The Chicago Tribune
It sounds hokey, and might have been, but Eifman, no stranger to going overboard, manages here a series of living allusions to various Rodin works that make for impressive, original dance imagery. His musical selections, meanwhile, are deliciously choice, pieces by Rodin's fellow Frenchmen Camille Saint-Saens, Maurice Ravel, Claude Debussy and Erik Satie. They're mostly chestnuts, sure, but they make for a great score: Where else would you see a choreographed pillow fight, enacted by inhabitants of an asylum, accompanied by Saint-Saens' scrumptious "Danse Macabre"?
The Chicago Sun-Times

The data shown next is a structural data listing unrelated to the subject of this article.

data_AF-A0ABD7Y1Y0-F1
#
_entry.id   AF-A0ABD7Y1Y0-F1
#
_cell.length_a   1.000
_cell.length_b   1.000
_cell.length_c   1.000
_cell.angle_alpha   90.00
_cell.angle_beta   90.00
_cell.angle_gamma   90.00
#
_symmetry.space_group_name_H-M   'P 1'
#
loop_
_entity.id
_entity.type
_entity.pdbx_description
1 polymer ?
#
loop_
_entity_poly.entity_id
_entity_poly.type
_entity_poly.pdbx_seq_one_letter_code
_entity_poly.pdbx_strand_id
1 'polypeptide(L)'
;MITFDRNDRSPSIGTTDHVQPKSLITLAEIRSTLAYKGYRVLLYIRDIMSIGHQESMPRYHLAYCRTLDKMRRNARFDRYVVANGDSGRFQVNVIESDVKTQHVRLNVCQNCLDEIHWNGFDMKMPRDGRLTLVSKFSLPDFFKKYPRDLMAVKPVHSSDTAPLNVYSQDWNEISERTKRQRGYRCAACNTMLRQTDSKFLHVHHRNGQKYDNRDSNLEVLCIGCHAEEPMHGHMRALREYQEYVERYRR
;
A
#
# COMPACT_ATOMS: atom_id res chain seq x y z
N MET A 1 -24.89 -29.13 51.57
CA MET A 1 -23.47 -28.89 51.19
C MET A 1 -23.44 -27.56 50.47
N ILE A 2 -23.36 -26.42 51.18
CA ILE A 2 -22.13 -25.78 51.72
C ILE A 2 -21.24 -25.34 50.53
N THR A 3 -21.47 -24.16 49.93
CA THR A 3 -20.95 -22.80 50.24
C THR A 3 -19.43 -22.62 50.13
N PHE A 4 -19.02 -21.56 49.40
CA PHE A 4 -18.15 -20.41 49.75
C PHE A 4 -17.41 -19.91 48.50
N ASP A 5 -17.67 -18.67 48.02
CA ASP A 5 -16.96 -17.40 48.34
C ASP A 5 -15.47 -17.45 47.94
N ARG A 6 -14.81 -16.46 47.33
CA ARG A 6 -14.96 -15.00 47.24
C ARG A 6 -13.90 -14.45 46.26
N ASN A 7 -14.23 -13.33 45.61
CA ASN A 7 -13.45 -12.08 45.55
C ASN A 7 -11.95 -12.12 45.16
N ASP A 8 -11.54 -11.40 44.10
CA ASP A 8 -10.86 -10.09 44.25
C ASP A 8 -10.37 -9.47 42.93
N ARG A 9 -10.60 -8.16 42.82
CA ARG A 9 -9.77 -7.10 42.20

There are sequences in this ballet that instantly imprint themselves in memory: The shapeless mass of nearly nude bodies that gradually are prodded into defined shapes as an arm, a foot, a head, and finally full igures emerge; the famous sculpture of "The Kiss" that takes form literally and figuratively as Rodin and Camille embrace; the monumental tableaus of the artist's studio, with silhouetted laborers positioned on scaffolding; the framework for "The Gates of Hell" against which Rodin flings himself; a raucous, deconstructed can-can. The large ensemble sections showcase the power of the corps, but this work is really about a tormented triangle.